Client with HIV
DC was in NZ on a temporary visitor visa with her husband. She was offered a permanent role as a Nurse/Trainer at a major NZ hospital. Husband was a draftsman. She was after work and residence visas for them both. He could not be the primary applicant because he didn’t score enough ‘points’. Her points were among the top 5%. The issue was she was HIV positive (picked up at work as a nurse in South Africa) and advised us that ‘every other immigration firm has told me I wasting my time’. HIV was listed as a health condition at the time which meant residence would ‘would not normally be approved’ because of the ‘significant costs’ to the public health system. We knew the annual cost of retrovirals in NZ at the time was around $9000 per year. Not insignificant. The question to us was what were the benefits to NZ and could we persuade the Department to grant her a medical waiver?
Applied for a short term work visa
Immigration policy does not speak of ‘benefits’. Only ‘costs’ of people with a health condition.
We applied for a short term work visa initially which meant no immigration medical was required. That was granted. DC started work. This gave her a chance to establish ‘value’ to her employer.
The issue was, to get a residence visa, there was no escaping a full medical and the HIV had to be disclosed. This meant that we needed to secure a ‘medical waiver’ which we could only get after she was invited to apply for residence, but with HIV she could not be invited to apply. Chickens and eggs.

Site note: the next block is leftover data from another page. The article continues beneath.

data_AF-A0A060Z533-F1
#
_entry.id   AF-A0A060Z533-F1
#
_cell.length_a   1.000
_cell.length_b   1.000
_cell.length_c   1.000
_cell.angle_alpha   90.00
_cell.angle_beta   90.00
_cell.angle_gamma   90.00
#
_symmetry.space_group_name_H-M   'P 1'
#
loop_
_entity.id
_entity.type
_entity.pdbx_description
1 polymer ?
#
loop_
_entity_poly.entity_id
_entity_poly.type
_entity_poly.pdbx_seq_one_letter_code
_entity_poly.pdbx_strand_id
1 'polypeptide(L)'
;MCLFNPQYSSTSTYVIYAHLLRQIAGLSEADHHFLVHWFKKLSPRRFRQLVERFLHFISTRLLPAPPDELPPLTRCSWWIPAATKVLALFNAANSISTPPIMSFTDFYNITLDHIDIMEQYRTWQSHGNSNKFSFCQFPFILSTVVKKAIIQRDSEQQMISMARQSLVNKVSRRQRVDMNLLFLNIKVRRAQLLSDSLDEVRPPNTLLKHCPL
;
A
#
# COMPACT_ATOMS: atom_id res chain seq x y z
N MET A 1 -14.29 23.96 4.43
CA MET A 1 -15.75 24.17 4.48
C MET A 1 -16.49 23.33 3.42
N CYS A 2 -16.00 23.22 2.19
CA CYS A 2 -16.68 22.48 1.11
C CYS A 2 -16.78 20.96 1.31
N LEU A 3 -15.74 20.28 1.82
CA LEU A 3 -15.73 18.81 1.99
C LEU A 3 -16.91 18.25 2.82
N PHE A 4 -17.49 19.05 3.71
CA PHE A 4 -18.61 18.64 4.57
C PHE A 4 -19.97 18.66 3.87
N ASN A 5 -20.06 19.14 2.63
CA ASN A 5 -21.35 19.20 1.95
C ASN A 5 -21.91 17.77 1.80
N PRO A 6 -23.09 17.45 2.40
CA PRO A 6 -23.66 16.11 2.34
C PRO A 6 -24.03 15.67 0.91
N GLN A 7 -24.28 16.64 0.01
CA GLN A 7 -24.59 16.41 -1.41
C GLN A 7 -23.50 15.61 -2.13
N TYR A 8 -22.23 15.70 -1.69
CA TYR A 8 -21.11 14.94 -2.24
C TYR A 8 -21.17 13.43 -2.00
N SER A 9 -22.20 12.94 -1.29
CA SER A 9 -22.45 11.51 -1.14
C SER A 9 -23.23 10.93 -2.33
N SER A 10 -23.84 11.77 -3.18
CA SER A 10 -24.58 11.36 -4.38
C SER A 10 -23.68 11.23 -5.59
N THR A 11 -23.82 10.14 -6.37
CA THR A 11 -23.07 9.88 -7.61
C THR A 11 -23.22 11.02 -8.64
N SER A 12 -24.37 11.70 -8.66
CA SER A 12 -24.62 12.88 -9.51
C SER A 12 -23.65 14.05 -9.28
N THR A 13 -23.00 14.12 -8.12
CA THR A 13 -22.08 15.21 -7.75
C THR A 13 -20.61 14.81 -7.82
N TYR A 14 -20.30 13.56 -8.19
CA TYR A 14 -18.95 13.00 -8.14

Medical waiver requested
A medical waiver allows INZ to approve an application despite costs or resource constraints in the system So we knew if could get DC invited to apply for residence, she had enough points but for the medical waiver she needed to be invited to apply. The rank and file immigration officer does not have that discretion. We approached the Minister directly – outlined the benefits – senior nurse, training NZ nurses, costs of trying to replace her, cost of training someone to get her to level of experience even if someone could be found, the occupation was on the Long Term Skills Shortage List, the combined tax these two would pay over their lifetime was significantly higher than the costs or at least neutral.
In effect a cost/benefit analysis of letting them stay over forcing them to go.
Minister agreed and directed INZ to invite her to apply for residence. We filed the residence visa.
Argued case with INZ doctors
INZ Doctors got hold of the application and sad no, costs too high.
The only solution was to go back to the Minister and argue INZ’s doctors (who make the recommendation to case officers) are only mandated to look at the health ‘costs’ not the economic or social benefits. The Minister sought an opinion from the departmental Doctors who argued ‘Mr MacLeod makes a strong argument for the benefits of approval but we cannot offer our opinion on that. Our mandate is against costs’.
That was enough it seems for the Minister and he directed INZ to issue the invitation to apply for residence.
INZ tried to decline based on costs! They did not want to grant the medical waiver.
Back to the Minister. Minister in effect told them to grant the medical waiver.
This case took a little under 4 years to argue and win